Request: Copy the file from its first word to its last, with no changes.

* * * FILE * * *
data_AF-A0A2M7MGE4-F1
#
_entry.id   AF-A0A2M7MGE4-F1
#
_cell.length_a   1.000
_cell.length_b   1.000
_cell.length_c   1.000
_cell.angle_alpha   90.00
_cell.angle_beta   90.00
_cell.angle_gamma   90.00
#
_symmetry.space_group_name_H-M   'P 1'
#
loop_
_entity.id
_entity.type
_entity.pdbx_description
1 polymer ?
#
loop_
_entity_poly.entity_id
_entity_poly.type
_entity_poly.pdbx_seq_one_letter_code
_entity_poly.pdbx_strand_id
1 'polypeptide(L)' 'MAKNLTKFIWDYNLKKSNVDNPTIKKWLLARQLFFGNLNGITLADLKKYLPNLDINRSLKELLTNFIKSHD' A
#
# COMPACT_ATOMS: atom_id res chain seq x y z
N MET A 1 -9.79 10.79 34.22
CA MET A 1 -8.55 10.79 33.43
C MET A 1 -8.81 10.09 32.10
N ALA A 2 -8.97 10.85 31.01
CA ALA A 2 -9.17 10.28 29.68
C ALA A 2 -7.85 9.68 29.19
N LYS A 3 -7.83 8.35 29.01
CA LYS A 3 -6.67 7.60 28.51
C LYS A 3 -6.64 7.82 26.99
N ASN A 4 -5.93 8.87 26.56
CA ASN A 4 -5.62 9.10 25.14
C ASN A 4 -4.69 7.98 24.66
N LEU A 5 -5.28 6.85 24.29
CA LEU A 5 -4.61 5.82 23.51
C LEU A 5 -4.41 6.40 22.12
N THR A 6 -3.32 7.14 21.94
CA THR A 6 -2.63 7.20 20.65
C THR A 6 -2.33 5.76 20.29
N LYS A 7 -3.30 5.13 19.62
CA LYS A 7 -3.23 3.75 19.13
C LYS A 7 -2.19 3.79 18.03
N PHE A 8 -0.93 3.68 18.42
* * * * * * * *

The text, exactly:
data_AF-A0A2M7MGE4-F1
#
_entry.id   AF-A0A2M7MGE4-F1
#
_cell.length_a   1.000
_cell.length_b   1.000
_cell.length_c   1.000
_cell.angle_alpha   90.00
_cell.angle_beta   90.00
_cell.angle_gamma   90.00
#
_symmetry.space_group_name_H-M   'P 1'
#
loop_
_entity.id
_entity.type
_entity.pdbx_description
1 polymer ?
#
loop_
_entity_poly.entity_id
_entity_poly.type
_entity_poly.pdbx_seq_one_letter_code
_entity_poly.pdbx_strand_id
1 'polypeptide(L)' 'MAKNLTKFIWDYNLKKSNVDNPTIKKWLLARQLFFGNLNGITLADLKKYLPNLDINRSLKELLTNFIKSHD' A
#
# COMPACT_ATOMS: atom_id res chain seq x y z
N MET A 1 -9.79 10.79 34.22
CA MET A 1 -8.55 10.79 33.43
C MET A 1 -8.81 10.09 32.10
N ALA A 2 -8.97 10.85 31.01
CA ALA A 2 -9.17 10.28 29.68
C ALA A 2 -7.85 9.68 29.19
N LYS A 3 -7.83 8.35 29.01
CA LYS A 3 -6.67 7.60 28.51
C LYS A 3 -6.64 7.82 26.99
N ASN A 4 -5.93 8.87 26.56
CA ASN A 4 -5.62 9.10 25.14
C ASN A 4 -4.69 7.98 24.66
N LEU A 5 -5.28 6.85 24.29
CA LEU A 5 -4.61 5.82 23.51
C LEU A 5 -4.41 6.40 22.12
N THR A 6 -3.32 7.14 21.94
CA THR A 6 -2.63 7.20 20.65
C THR A 6 -2.33 5.76 20.29
N LYS A 7 -3.30 5.13 19.62
CA LYS A 7 -3.23 3.75 19.13
C LYS A 7 -2.19 3.79 18.03
N PHE A 8 -0.93 3.68 18.42